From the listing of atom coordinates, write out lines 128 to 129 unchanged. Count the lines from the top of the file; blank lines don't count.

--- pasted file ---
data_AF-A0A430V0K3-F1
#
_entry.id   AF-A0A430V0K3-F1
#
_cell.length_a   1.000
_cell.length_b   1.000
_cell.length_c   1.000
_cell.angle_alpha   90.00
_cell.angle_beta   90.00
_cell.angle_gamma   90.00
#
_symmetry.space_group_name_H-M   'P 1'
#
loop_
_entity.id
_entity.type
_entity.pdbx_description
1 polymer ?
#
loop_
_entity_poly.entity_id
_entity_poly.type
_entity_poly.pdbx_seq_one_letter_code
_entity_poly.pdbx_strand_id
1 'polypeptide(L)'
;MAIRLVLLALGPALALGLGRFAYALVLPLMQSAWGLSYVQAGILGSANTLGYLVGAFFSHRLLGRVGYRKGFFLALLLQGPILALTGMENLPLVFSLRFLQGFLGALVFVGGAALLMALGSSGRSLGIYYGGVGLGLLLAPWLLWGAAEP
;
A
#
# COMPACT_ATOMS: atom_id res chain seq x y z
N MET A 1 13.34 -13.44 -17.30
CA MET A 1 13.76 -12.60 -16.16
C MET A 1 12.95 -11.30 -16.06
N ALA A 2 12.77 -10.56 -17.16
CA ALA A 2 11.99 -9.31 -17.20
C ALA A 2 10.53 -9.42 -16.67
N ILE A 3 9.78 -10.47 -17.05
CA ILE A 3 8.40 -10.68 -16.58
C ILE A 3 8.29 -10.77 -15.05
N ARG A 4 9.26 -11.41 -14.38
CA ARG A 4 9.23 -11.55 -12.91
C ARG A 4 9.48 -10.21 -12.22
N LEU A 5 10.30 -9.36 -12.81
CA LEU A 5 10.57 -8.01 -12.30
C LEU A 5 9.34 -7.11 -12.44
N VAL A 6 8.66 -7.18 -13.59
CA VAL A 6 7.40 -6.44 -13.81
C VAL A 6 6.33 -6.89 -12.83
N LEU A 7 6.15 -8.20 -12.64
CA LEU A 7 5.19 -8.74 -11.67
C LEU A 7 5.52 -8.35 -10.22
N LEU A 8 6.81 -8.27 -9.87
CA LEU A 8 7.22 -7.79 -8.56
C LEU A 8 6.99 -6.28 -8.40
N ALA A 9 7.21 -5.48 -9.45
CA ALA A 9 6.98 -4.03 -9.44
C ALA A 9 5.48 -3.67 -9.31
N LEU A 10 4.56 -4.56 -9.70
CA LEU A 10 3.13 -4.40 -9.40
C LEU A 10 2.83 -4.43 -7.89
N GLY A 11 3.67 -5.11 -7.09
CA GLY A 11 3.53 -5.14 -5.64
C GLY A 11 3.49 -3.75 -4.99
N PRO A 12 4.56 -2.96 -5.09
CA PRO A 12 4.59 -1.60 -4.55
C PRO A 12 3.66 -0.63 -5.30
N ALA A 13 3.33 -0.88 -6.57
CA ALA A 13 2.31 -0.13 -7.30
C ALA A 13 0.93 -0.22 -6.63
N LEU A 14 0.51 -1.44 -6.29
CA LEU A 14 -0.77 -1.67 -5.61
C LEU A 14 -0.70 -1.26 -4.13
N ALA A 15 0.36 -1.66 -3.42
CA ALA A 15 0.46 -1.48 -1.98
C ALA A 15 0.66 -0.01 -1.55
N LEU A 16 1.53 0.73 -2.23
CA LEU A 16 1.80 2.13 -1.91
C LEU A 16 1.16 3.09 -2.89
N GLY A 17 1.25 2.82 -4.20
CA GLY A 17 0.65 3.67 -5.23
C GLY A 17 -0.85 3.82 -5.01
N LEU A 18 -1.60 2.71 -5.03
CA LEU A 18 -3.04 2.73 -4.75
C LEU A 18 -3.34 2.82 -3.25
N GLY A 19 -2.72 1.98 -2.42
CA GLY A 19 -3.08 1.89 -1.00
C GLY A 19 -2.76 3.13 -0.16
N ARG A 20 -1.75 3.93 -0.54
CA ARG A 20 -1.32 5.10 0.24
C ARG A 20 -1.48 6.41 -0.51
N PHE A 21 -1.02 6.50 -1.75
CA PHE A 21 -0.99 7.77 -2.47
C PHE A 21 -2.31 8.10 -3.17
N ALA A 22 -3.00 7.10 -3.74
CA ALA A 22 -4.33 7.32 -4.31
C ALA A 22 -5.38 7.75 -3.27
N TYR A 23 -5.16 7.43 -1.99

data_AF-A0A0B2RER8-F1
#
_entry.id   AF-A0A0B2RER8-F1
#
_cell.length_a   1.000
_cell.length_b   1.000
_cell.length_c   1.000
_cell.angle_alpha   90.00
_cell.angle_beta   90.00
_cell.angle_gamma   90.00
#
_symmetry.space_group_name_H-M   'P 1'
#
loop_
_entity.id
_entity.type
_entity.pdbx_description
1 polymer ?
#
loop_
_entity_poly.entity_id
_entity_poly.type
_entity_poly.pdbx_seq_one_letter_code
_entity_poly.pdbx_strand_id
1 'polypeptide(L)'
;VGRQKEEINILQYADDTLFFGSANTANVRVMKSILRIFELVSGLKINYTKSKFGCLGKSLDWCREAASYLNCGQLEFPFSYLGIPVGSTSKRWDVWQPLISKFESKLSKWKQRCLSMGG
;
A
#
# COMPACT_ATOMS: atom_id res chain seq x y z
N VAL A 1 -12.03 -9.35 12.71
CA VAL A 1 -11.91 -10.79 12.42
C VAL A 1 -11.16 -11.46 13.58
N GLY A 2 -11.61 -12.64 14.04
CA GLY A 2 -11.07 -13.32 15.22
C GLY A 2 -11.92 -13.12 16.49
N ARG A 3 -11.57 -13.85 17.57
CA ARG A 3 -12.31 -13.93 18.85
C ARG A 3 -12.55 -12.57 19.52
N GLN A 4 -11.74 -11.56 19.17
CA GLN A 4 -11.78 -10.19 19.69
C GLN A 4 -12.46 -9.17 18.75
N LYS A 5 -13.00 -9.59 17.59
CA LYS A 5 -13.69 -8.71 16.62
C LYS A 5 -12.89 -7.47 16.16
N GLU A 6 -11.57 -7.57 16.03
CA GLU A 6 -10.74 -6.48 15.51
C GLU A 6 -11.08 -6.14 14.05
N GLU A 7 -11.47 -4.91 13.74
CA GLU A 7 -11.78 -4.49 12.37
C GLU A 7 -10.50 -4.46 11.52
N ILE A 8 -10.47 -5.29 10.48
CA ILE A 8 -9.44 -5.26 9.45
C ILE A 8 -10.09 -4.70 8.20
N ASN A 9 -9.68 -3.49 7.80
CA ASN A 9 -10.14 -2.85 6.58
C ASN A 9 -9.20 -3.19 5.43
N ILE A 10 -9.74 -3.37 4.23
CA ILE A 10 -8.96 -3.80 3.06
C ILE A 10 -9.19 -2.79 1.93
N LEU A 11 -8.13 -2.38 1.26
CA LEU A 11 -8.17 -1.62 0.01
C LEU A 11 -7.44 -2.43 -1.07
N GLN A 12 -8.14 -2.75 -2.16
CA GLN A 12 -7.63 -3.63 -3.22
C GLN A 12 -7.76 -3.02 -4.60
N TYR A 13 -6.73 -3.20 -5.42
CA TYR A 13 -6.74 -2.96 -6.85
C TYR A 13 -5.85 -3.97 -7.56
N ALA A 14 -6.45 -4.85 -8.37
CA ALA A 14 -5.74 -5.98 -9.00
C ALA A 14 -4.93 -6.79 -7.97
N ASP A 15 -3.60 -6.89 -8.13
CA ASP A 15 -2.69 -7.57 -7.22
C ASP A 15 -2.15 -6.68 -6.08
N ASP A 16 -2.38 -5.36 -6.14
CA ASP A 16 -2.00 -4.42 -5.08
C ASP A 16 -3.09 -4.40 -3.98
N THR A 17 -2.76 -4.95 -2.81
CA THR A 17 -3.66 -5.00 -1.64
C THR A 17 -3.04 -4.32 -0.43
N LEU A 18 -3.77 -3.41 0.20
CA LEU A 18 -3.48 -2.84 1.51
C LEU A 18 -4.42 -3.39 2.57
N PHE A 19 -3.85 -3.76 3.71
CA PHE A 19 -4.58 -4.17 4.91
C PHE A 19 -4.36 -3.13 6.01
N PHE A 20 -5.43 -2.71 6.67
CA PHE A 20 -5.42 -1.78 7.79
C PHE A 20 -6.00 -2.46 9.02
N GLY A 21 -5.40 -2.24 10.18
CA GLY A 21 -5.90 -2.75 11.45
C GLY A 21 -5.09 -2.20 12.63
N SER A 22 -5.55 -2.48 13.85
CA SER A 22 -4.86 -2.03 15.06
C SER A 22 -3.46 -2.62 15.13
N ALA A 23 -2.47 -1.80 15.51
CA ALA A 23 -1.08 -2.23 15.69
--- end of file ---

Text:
N VAL A 1 -12.03 -9.35 12.71
CA VAL A 1 -11.91 -10.79 12.42